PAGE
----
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Trust in a better inheritance

06 October 2014

Some careful planning can ease the financial pain of inheritance tax.

The only certainties in life are death and taxes, according to Benjamin Franklin. He should have added another to the list: that none of us will do enough to plan for these two inevitabilities.

A trust is simply a gift with strings attached.

Every trust will have three parties: the ‘settlor’ establishes the trust, by putting some or all of his or her assets into it. He or she will have a trust deed drawn up, which explains who can be ‘beneficiaries’ of the trust as well as when and how they can become entitled to benefit from the trust. It will be overseen by ‘trustees’, who will ensure that the assets are safeguarded and that payments are made in accordance with instructions or guidance.

This is understandable: while death may be certain, it is not something most of us like to think about. Yet a bit of forward planning will not only ensure that you choose the most effective way to provide for your loved ones when you die, it can also keep the tax bill to a minimum.

The most effective planning tool in the inheritance armoury is the trust. Trusts may sound complicated, but they are simply a way of passing on wealth while retaining some control over how it is used and who it goes to.

Trusts can be set up to:

 

  • Protect your assets

  • Guarantee an income for your loved ones

  • Help to avoid inheritance tax

Discretionary trusts are the most commonly used type, largely because of the tax advantages: assets put into these trusts escape inheritance tax completely for their entire duration, up to 125 years.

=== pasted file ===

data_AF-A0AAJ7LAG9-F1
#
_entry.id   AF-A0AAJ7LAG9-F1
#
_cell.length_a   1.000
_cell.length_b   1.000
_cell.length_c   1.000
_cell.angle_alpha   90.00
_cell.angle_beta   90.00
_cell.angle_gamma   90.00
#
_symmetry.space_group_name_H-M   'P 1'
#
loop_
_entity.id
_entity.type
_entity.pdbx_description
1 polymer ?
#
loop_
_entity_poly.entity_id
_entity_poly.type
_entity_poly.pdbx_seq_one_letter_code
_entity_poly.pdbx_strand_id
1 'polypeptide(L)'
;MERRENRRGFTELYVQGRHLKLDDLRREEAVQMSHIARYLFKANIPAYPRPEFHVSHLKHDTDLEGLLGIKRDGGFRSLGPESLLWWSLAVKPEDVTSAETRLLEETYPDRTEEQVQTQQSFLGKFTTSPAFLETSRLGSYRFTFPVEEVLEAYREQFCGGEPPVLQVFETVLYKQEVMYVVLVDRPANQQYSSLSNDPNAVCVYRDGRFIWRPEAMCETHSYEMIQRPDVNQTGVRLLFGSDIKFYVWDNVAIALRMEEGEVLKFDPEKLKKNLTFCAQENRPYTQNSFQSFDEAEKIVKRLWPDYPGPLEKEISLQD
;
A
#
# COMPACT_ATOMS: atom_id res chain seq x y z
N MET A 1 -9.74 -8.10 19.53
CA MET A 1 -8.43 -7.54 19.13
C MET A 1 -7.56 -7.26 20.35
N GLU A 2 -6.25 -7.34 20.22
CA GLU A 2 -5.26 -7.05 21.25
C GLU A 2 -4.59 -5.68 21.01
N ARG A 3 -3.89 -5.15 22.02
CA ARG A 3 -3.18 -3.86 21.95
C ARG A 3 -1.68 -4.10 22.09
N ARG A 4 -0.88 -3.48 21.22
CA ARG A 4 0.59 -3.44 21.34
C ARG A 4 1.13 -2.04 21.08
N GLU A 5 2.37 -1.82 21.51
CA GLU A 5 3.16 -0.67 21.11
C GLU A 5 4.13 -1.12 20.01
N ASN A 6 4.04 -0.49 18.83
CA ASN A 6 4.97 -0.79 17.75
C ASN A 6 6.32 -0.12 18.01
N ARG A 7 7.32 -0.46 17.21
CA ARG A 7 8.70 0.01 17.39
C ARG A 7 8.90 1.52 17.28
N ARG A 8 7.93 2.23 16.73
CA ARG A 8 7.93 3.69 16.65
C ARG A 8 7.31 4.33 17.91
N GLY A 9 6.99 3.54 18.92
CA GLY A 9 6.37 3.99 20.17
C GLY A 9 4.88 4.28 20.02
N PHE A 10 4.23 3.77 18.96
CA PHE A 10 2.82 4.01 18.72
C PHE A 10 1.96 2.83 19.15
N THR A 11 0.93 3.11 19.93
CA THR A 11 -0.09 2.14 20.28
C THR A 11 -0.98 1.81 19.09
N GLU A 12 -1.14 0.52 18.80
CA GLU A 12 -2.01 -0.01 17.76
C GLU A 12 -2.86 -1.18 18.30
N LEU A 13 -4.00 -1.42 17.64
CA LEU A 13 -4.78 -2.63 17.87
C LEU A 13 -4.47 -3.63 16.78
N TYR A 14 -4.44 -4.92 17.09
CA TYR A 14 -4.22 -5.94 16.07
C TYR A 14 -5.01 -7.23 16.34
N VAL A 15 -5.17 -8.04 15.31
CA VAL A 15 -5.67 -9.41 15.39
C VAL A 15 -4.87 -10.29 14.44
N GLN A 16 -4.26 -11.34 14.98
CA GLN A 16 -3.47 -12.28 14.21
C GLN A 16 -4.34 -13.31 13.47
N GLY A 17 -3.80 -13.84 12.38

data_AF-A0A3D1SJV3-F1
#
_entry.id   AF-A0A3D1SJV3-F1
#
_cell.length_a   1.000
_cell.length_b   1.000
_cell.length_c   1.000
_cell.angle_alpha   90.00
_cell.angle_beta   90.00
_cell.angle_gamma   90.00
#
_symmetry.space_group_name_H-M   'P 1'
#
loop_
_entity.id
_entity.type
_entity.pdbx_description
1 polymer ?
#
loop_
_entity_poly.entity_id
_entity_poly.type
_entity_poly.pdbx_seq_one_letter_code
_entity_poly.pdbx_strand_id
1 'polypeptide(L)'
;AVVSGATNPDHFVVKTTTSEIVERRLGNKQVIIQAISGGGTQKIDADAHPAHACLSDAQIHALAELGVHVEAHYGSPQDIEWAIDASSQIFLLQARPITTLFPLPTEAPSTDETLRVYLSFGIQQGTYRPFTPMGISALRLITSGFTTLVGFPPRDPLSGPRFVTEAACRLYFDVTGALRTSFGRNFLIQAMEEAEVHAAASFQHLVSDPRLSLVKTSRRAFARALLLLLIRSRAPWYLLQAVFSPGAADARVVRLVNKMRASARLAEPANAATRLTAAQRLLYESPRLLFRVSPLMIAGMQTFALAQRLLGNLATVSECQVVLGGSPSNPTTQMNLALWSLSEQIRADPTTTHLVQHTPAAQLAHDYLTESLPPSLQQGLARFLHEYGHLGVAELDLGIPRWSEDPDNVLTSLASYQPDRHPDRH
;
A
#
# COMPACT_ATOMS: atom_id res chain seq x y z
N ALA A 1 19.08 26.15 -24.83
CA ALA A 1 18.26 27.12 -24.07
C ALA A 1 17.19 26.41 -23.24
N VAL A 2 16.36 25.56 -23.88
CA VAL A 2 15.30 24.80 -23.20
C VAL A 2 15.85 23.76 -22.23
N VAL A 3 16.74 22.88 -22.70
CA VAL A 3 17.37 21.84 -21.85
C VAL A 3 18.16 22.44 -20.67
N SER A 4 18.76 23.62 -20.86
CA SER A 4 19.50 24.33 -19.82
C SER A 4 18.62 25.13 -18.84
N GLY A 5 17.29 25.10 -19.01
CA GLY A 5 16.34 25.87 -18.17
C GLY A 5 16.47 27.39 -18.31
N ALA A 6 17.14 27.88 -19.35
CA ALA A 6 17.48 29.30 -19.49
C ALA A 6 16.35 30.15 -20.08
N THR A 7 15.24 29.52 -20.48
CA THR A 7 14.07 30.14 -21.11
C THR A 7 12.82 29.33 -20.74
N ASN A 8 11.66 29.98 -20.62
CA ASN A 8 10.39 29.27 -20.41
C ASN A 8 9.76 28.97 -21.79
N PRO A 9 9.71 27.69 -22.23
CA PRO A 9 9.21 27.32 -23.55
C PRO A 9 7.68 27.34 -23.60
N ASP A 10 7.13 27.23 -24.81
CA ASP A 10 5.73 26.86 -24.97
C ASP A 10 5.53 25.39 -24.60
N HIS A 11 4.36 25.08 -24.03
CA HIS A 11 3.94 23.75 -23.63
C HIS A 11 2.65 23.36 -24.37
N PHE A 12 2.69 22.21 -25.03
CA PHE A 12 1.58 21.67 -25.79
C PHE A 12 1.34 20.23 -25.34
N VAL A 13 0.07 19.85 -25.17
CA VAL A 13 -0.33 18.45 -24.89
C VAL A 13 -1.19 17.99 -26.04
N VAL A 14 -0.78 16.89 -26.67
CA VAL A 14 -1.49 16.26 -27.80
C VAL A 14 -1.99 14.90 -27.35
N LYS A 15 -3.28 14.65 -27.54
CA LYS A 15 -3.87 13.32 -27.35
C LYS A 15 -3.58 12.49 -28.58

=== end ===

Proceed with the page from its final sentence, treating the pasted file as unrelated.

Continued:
Along with your trustees, you will have full flexibility over deciding who gets what and when. On your death this control passes to the remaining trustees. That is why so many of those who set up trusts accompany it with an expression of wish letter, which gives trustees guidance on what you as ‘settlor’ would have wanted. While these are not binding on the trustees they are, in practice, usually followed.

Not surprisingly, the tax breaks on discretionary trusts are not completely unrestricted – so it’s worth seeking advice.

Before considering discretionary trusts, there is a range of other exemptions and allowances that should be used fully. But the first action is simplest: make a will. This will avoid a complicated administrative burden as well as the potential for a larger than necessary tax bill.

Everyone has an annual allowance of £3,000 in each tax year – indeed, you can also give away as much as you want tax-free, provided you expect to live for at least seven years after the gift; die before that and you will be charged, although your bill could be reduced by taper relief, under which the rate of tax is gradually reduced.

Using trusts can be complicated and you should take expert advice. Consult your St. James’s Place Partner if you would like more information.

Putting life insurance in trust

  • Most people have a lot to gain by putting their life insurance policies into trust.
  • Putting a life policy in trust means it remains outside your estate, so payouts can be protected from Inheritance Tax.
  • Without doing it, your £500,000 policy could be worth just £300,000. It may even end up in the hands of the wrong people.

Payouts from the policy are usually made more swiftly when it is put in trust, because there’s no waiting for probate to pass before benefits can be distributed.

The levels and bases of taxation and reliefs from taxation can change at any time and are dependent on individual circumstances.

Trusts are not regulated by the Financial Conduct Authority or the Prudential Regulation Authority.

 

Some of the products and investment structures documented within this article will not be available to our clients in Asia. For information on the funds that are available please get in touch.

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